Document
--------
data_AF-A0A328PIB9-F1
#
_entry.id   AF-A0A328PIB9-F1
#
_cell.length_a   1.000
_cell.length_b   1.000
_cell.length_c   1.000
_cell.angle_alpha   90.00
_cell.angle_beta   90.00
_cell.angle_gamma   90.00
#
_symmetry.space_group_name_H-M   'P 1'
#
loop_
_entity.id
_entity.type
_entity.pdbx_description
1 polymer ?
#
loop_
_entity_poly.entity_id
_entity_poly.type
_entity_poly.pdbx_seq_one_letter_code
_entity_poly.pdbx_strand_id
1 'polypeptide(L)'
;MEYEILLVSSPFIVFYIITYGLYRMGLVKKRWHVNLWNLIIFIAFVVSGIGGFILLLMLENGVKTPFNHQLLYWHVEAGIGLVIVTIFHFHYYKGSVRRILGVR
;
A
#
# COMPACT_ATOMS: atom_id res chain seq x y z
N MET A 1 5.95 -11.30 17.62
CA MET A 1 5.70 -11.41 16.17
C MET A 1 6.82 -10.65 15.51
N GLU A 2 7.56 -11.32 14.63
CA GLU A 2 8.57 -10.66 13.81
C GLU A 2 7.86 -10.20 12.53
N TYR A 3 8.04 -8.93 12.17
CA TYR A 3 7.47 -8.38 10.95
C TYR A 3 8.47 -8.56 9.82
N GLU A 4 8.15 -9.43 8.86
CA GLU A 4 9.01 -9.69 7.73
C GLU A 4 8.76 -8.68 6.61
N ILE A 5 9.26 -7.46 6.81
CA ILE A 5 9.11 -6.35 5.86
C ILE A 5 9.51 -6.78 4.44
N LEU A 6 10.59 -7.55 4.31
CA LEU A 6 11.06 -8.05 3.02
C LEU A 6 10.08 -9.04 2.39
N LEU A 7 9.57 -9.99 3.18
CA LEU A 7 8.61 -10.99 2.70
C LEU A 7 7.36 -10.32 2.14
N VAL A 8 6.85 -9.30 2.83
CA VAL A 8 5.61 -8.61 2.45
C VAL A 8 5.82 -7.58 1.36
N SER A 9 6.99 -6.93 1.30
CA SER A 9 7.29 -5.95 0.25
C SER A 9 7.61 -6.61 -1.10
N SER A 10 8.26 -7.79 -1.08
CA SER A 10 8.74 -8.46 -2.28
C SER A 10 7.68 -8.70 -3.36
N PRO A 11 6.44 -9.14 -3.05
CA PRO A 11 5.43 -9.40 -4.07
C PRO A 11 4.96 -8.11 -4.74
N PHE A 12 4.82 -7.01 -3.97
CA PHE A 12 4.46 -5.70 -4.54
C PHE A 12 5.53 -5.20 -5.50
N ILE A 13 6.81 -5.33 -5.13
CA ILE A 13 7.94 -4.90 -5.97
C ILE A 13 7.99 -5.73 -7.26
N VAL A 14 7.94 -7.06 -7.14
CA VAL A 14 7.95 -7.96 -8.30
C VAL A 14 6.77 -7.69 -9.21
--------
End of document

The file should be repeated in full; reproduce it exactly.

data_AF-A0A328PIB9-F1
#
_entry.id   AF-A0A328PIB9-F1
#
_cell.length_a   1.000
_cell.length_b   1.000
_cell.length_c   1.000
_cell.angle_alpha   90.00
_cell.angle_beta   90.00
_cell.angle_gamma   90.00
#
_symmetry.space_group_name_H-M   'P 1'
#
loop_
_entity.id
_entity.type
_entity.pdbx_description
1 polymer ?
#
loop_
_entity_poly.entity_id
_entity_poly.type
_entity_poly.pdbx_seq_one_letter_code
_entity_poly.pdbx_strand_id
1 'polypeptide(L)'
;MEYEILLVSSPFIVFYIITYGLYRMGLVKKRWHVNLWNLIIFIAFVVSGIGGFILLLMLENGVKTPFNHQLLYWHVEAGIGLVIVTIFHFHYYKGSVRRILGVR
;
A
#
# COMPACT_ATOMS: atom_id res chain seq x y z
N MET A 1 5.95 -11.30 17.62
CA MET A 1 5.70 -11.41 16.17
C MET A 1 6.82 -10.65 15.51
N GLU A 2 7.56 -11.32 14.63
CA GLU A 2 8.57 -10.66 13.81
C GLU A 2 7.86 -10.20 12.53
N TYR A 3 8.04 -8.93 12.17
CA TYR A 3 7.47 -8.38 10.95
C TYR A 3 8.47 -8.56 9.82
N GLU A 4 8.15 -9.43 8.86
CA GLU A 4 9.01 -9.69 7.73
C GLU A 4 8.76 -8.68 6.61
N ILE A 5 9.26 -7.46 6.81
CA ILE A 5 9.11 -6.35 5.86
C ILE A 5 9.51 -6.78 4.44
N LEU A 6 10.59 -7.55 4.31
CA LEU A 6 11.06 -8.05 3.02
C LEU A 6 10.08 -9.04 2.39
N LEU A 7 9.57 -9.99 3.18
CA LEU A 7 8.61 -10.99 2.70
C LEU A 7 7.36 -10.32 2.14
N VAL A 8 6.85 -9.30 2.83
CA VAL A 8 5.61 -8.61 2.45
C VAL A 8 5.82 -7.58 1.36
N SER A 9 6.99 -6.93 1.30
CA SER A 9 7.29 -5.95 0.25
C SER A 9 7.61 -6.61 -1.10
N SER A 10 8.26 -7.79 -1.08
CA SER A 10 8.74 -8.46 -2.28
C SER A 10 7.68 -8.70 -3.36
N PRO A 11 6.44 -9.14 -3.05
CA PRO A 11 5.43 -9.40 -4.07
C PRO A 11 4.96 -8.11 -4.74
N PHE A 12 4.82 -7.01 -3.97
CA PHE A 12 4.46 -5.70 -4.54
C PHE A 12 5.53 -5.20 -5.50
N ILE A 13 6.81 -5.33 -5.13
CA ILE A 13 7.94 -4.90 -5.97
C ILE A 13 7.99 -5.73 -7.26
N VAL A 14 7.94 -7.06 -7.14
CA VAL A 14 7.95 -7.96 -8.30
C VAL A 14 6.77 -7.69 -9.21